In other places, the legislation would eliminate release as the default pretrial condition. Whereas current law mandates that judges release someone “unless it is demonstrated” that bail, jail, or other conditions are necessary, the budget agreement offers no presumptive condition that judges must start with.

Despite these changes, the law keeps in place the foundational tenet of New York bail law that judges only consider what is necessary to get someone back to court when deciding what pretrial conditions to set.

So what does it mean to give judges discretion, if they’re still strictly limited in what they can consider? Experts say it’s more of a general signal to judges than a clear change in the law.

“The message to the court is, the first consideration doesn’t necessarily have to be release,” said Rodriguez. “It’s a very nuanced distinction — but one that might influence judge’s ultimate decisions on these cases.”

That ambiguity could work at cross purposes with the other reason Hochul has repeatedly given for wanting to revise the state’s bail law: to make it less confusing.

Swap Out the ‘Least Restrictive’ Standard

This was the only aspect of the agreement the governor’s team mentioned last week: For bail considerations, the budget would swap out what is known as New York’s “least restrictive” standard. While current law states that judges must set the “least restrictive” pretrial conditions necessary to ensure that defendants return to court, the new agreement would instruct them to set the “kind and degree of control or restriction necessary” to get them to show up. While some judges could interpret that as a greenlight to impose harsher release conditions on defendants, legally speaking, it’s mostly a distinction without a difference.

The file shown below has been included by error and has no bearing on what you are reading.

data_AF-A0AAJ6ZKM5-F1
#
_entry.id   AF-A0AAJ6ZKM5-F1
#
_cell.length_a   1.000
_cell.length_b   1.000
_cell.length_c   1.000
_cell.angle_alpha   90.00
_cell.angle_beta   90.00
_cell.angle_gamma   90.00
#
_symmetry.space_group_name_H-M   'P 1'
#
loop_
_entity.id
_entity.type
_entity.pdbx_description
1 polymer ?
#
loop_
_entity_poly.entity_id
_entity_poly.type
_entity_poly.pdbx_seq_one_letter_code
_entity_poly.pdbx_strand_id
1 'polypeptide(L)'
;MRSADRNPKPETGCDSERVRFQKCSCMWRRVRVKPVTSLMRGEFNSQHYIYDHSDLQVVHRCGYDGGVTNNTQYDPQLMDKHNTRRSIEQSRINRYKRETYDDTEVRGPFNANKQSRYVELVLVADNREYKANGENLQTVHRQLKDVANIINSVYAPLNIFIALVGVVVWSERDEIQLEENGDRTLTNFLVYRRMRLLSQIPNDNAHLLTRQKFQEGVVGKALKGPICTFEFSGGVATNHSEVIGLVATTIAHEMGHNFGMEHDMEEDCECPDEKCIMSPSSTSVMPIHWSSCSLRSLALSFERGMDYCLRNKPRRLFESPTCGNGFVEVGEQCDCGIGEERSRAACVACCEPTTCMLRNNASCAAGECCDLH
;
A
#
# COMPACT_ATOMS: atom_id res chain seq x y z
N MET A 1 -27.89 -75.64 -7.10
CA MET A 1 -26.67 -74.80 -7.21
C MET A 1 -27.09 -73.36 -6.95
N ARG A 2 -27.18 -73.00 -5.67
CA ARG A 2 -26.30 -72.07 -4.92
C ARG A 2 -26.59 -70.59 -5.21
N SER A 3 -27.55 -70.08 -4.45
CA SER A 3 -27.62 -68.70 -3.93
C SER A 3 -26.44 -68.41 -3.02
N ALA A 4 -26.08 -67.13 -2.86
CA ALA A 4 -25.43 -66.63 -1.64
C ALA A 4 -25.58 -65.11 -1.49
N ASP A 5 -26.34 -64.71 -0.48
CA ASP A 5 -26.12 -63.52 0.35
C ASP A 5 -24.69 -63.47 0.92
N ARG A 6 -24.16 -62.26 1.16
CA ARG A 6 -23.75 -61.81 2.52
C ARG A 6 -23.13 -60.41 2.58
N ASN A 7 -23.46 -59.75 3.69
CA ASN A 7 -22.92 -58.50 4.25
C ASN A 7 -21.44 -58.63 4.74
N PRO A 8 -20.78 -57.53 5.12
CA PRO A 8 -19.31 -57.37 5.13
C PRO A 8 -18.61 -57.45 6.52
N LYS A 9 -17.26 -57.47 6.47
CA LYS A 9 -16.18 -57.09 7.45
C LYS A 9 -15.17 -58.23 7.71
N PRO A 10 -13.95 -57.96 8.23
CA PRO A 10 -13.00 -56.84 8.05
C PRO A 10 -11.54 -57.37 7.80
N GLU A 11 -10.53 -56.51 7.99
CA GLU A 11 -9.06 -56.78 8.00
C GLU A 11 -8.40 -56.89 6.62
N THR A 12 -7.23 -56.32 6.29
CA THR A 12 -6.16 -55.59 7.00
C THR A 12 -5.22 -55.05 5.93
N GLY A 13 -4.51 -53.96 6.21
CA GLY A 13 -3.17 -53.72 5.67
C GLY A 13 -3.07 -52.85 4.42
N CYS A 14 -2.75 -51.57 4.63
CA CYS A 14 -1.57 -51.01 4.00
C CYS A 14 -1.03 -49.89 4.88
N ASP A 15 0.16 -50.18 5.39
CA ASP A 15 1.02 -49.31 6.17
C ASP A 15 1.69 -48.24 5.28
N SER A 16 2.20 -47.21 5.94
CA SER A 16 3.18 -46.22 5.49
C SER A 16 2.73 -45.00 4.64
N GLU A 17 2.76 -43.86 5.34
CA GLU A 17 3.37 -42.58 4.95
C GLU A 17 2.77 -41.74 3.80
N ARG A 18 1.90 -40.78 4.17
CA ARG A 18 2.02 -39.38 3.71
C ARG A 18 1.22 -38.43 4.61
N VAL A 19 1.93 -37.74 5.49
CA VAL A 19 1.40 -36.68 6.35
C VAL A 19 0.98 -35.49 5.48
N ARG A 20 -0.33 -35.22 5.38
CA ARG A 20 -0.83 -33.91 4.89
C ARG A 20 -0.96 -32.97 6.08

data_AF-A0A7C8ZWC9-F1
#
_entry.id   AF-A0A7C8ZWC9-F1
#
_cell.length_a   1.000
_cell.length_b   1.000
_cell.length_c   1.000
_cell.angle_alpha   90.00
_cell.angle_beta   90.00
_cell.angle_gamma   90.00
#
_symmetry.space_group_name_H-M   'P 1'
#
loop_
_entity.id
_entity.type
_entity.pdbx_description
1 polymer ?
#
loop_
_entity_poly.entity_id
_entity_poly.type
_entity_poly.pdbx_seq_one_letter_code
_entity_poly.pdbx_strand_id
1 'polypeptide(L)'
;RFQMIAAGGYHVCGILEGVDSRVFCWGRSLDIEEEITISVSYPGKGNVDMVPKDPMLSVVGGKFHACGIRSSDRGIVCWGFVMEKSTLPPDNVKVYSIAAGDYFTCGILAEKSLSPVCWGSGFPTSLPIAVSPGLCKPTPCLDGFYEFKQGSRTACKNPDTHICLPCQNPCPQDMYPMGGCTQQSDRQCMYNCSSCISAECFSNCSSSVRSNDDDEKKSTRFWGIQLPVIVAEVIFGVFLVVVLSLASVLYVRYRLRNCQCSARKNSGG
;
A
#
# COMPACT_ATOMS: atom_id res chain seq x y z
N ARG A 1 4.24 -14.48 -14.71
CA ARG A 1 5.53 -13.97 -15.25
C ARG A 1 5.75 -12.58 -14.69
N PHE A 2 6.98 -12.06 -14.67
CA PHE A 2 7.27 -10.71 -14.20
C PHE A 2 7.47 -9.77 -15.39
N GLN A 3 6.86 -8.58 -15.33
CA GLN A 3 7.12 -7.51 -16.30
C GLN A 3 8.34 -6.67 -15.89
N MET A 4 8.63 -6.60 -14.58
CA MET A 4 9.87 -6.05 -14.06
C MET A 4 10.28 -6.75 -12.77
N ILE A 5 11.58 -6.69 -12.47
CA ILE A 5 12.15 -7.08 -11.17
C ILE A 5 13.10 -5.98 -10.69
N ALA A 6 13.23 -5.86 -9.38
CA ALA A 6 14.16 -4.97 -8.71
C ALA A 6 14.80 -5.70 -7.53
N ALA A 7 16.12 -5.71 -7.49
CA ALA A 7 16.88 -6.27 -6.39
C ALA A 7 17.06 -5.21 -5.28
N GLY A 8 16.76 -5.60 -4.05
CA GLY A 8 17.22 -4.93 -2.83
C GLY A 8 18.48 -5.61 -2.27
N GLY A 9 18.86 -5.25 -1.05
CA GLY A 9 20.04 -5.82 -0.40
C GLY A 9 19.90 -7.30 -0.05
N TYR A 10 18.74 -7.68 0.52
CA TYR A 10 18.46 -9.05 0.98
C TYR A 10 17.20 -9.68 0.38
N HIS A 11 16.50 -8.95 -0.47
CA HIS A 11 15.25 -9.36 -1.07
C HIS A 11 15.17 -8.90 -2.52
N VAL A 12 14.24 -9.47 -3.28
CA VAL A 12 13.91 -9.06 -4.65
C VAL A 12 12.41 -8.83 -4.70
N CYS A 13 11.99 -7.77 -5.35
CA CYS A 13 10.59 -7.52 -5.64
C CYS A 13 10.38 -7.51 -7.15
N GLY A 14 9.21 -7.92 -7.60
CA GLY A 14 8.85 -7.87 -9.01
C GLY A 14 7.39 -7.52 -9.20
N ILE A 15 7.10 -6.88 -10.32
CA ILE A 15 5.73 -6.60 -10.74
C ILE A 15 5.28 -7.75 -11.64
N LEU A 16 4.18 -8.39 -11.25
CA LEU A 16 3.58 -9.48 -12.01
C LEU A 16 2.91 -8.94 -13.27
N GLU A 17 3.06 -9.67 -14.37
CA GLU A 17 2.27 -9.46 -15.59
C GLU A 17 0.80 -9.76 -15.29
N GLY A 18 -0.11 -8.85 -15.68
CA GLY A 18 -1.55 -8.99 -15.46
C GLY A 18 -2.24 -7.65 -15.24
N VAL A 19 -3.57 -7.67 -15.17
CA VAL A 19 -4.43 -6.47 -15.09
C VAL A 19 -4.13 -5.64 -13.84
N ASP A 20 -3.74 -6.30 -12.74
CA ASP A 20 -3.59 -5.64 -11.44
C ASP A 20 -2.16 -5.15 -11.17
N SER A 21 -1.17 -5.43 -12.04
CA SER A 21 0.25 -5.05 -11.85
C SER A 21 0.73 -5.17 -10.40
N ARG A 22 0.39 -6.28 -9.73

The original measure Hochul proposed in February, by contrast, would have upended the way judges are instructed to make bail decisions. Instead of only considering what is necessary to ensure that defendants “return to court,” as has been New York law for decades, it would have opened a backdoor for judges to consider perceived “dangerousness,” which law enforcement and tough-on-crime politicians have held as a goal for years.

Many have fixated on the “least restrictive” phrase, but the more essential legal condition is that judges focus on getting defendants back into the courtroom. The budget agreement wouldn’t change that.